Negating ICC complementarity, putting President Marcos Jr. in a bind | Inquirer Opinion

Negating ICC complementarity, putting President Marcos Jr. in a bind

/ 05:03 AM February 24, 2023

A group of legislators led by former president and now Senior Deputy Speaker Gloria Macapagal Arroyo has filed House Resolution No. 780 which is titled, “A resolution in defense of former president Rodrigo Roa Duterte, the 16th President of the Republic of the Philippines, against investigation and/or prosecution by the International Criminal Court.” The resolution emphasizes former president Duterte’s “remarkable accomplishments brought about by his relentless campaign against illegal drugs, insurgency, separatism and terrorism, corruption in government, and criminality” which made the life of Filipinos “better, comfortable, and peaceful.” It also underscores the drug problem of the country that was becoming an “existential threat to the country’s social fabric,” and the country’s unprecedented growth in exports and investments during his watch was a result of the Duterte administration’s “holistic and whole [of] nation approach in ending insurgency and curbing the drug menace.” The resolution also pointed out that the country has a functioning and independent judicial system.

Much like a decision of a first level trial court, the House resolution is considered, in international law, an act of state. It may be construed as a policy statement of absolving Duterte from any complicity in the “war on drugs,” which left a murderous trail. The killings, in the context of the “war on drugs” being considered crimes against humanity, are the subject of the probe approved by the International Criminal Court (ICC) in September 2021. In November 2021, the ICC suspended the investigation upon request of the Philippine government, which cited the country’s own investigations into the drug war killings.

Last January, the ICC ordered the resumption of the investigation. Against the resumed ICC probe, the House resolution raised a loud whimper: Duterte is innocent of the charges leveled against him. The ordered suspension of the ICC probe was premised on the principle of complementarity, that is, the country’s domestic legal systems can exact accountability against those who might be responsible for crimes cognizable by the ICC. The representation of the House resolution that the country has a functioning and independent judicial system is belied by the House resolution itself. If the country indeed has a functioning and independent judicial system that can exact accountability against those responsible for crimes cognizable by the ICC, then there would be no need for a group of members of the legislative branch of the government to absolve Duterte from any complicity in crimes against humanity in the context of the war on drug. The ICC might just construe the resolution as a clear indicum that the Philippines is unwilling to prosecute those suspected of committing crimes against humanity in the course of the war on drug.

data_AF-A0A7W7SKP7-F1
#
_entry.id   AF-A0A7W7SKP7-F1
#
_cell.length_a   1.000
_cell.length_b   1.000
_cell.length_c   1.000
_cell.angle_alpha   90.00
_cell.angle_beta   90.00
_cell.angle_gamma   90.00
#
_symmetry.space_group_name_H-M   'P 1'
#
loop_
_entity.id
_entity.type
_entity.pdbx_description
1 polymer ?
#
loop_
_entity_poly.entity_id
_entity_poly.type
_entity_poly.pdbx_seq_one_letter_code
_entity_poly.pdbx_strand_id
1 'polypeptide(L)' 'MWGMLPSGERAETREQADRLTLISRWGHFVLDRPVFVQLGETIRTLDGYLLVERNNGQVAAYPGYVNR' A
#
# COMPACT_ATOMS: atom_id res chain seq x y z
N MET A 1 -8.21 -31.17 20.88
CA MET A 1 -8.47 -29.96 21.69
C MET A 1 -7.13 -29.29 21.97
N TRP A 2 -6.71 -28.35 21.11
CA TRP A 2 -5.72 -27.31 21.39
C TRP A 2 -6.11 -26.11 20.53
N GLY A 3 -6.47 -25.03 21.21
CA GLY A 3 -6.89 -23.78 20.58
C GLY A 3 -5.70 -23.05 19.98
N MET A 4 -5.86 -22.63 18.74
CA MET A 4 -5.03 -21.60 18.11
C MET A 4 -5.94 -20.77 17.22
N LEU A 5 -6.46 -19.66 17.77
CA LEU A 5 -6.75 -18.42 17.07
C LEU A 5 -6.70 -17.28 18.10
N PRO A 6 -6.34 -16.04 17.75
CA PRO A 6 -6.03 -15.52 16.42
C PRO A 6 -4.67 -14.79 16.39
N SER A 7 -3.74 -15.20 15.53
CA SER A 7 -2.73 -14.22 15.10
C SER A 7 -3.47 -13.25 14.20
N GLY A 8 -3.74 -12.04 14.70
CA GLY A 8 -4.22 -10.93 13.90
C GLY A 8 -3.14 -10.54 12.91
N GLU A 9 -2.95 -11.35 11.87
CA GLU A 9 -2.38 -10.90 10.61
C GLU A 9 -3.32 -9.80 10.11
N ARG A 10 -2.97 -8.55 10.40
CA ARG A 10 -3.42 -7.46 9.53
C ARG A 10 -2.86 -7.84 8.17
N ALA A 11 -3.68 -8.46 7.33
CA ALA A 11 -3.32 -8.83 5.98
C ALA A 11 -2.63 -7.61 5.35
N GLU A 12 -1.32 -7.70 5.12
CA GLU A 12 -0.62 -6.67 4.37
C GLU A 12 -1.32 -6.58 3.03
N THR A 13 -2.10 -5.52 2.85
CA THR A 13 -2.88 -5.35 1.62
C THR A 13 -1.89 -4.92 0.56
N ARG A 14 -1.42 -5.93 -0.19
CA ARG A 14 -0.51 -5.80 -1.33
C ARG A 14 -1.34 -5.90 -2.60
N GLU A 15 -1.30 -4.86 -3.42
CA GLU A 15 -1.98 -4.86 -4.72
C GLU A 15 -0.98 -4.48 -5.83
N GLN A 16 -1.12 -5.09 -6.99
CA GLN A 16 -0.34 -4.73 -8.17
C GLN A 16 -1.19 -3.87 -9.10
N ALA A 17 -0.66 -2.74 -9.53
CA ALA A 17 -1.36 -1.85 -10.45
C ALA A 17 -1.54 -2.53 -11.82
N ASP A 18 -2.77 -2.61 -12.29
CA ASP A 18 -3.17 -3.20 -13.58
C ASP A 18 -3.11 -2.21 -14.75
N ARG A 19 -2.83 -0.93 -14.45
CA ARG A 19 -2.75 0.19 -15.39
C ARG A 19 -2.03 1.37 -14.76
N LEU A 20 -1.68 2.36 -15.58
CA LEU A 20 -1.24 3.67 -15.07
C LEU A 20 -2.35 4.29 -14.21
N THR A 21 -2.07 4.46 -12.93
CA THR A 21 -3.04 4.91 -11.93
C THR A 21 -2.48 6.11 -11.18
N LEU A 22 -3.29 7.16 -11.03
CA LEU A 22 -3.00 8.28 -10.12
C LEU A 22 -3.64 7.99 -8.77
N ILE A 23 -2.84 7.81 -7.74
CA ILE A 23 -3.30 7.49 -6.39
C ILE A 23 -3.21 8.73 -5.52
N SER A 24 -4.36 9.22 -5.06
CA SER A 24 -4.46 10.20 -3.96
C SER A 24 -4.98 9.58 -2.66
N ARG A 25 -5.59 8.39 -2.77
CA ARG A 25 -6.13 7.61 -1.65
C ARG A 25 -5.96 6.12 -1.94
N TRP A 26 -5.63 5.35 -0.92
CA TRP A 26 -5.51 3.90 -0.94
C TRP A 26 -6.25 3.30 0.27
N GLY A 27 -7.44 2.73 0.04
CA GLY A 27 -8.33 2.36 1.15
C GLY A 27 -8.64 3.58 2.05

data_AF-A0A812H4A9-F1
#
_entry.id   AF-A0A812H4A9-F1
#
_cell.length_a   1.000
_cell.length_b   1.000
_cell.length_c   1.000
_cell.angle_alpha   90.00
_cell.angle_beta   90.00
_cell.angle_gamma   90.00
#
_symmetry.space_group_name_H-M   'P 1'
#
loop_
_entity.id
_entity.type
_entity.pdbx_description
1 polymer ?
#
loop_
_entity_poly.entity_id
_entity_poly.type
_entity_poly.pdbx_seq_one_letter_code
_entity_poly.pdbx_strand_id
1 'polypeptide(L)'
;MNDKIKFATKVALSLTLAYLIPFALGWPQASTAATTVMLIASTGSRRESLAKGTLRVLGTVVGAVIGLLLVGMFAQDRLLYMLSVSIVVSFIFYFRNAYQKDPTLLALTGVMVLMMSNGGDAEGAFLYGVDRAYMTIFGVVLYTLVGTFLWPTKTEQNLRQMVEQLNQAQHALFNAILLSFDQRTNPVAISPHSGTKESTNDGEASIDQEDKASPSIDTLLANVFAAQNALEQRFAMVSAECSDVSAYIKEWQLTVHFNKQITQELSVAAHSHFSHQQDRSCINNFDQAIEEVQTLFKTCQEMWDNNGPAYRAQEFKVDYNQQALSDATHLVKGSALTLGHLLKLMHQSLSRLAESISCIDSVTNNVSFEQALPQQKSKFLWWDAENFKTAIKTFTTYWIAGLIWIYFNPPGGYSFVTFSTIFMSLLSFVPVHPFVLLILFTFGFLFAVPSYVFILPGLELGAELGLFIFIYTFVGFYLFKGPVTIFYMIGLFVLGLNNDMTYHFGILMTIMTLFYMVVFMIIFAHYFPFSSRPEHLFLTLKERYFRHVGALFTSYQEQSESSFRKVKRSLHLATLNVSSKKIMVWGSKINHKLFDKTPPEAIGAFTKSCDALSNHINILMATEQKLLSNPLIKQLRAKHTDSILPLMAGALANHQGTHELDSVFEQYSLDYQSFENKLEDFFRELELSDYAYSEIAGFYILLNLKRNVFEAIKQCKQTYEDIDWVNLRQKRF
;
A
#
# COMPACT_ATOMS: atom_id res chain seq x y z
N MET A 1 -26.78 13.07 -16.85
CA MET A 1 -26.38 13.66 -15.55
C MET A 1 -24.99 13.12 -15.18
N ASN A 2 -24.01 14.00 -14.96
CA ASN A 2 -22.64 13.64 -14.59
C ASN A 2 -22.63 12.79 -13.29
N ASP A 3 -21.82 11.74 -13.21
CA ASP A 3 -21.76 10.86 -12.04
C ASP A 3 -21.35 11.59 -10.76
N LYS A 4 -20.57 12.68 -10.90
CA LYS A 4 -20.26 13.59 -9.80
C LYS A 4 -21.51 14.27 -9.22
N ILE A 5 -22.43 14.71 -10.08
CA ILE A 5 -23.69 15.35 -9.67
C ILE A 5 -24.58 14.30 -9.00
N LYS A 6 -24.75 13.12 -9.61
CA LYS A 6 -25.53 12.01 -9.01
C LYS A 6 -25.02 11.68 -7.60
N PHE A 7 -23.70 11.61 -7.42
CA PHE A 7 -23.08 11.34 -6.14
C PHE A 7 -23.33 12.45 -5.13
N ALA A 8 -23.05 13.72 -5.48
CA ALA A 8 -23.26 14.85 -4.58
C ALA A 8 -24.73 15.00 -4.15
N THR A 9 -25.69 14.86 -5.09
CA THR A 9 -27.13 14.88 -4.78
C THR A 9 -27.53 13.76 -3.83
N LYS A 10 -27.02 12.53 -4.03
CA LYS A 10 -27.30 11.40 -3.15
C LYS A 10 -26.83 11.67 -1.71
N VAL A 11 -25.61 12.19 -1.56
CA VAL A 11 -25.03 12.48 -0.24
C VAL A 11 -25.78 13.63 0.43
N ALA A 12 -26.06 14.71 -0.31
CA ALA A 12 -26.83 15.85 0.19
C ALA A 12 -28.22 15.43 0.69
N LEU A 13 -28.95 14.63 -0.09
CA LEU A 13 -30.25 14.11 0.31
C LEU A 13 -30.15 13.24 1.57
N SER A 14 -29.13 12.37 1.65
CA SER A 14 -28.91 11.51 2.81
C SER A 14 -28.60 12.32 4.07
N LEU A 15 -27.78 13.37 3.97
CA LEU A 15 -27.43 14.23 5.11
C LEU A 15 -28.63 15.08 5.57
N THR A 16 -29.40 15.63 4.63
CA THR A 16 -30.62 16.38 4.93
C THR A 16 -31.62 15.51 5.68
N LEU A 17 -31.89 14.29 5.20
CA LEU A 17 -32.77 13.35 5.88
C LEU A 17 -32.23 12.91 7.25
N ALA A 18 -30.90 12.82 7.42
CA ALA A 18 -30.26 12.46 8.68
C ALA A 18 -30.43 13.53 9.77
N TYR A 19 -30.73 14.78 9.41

The ICC probe, which the House resolution seeks to bar, will indubitably include a determination whether or not complementarity exists. Preventing the investigation might just prompt the ICC prosecutor to use the House resolution as proof that complementarity does not exist, and recommend that the ICC take cognizance of the case against Duterte and his former chief of the Philippine National Police. The House resolution will only serve to negate complementarity. It rather pushes Duterte off the edge of an ICC prosecution.


HR 780 also unduly interferes with President Marcos Jr.’s exercise of exclusive constitutional powers of foreign relations. The matter of allowing the ICC investigator do his job in the country solely rests on the President’s discretion; whether or not to comply with treaty obligations under the Rome Statute. HR 780 unduly puts the president in a bind; whether to uphold parochial concern of protecting a political ally, or comply with the Vienna Convention on the Law of Treaties of which the Philippines is a state party. Pacta sunt servanda (agreements must be kept) is a principle in international law that cannot simply be ignored.

Frank E. Lobrigo

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TAGS: Davao City Mayor Rodrigo Duterte, Gloria Macapagal Arroyo, ICC

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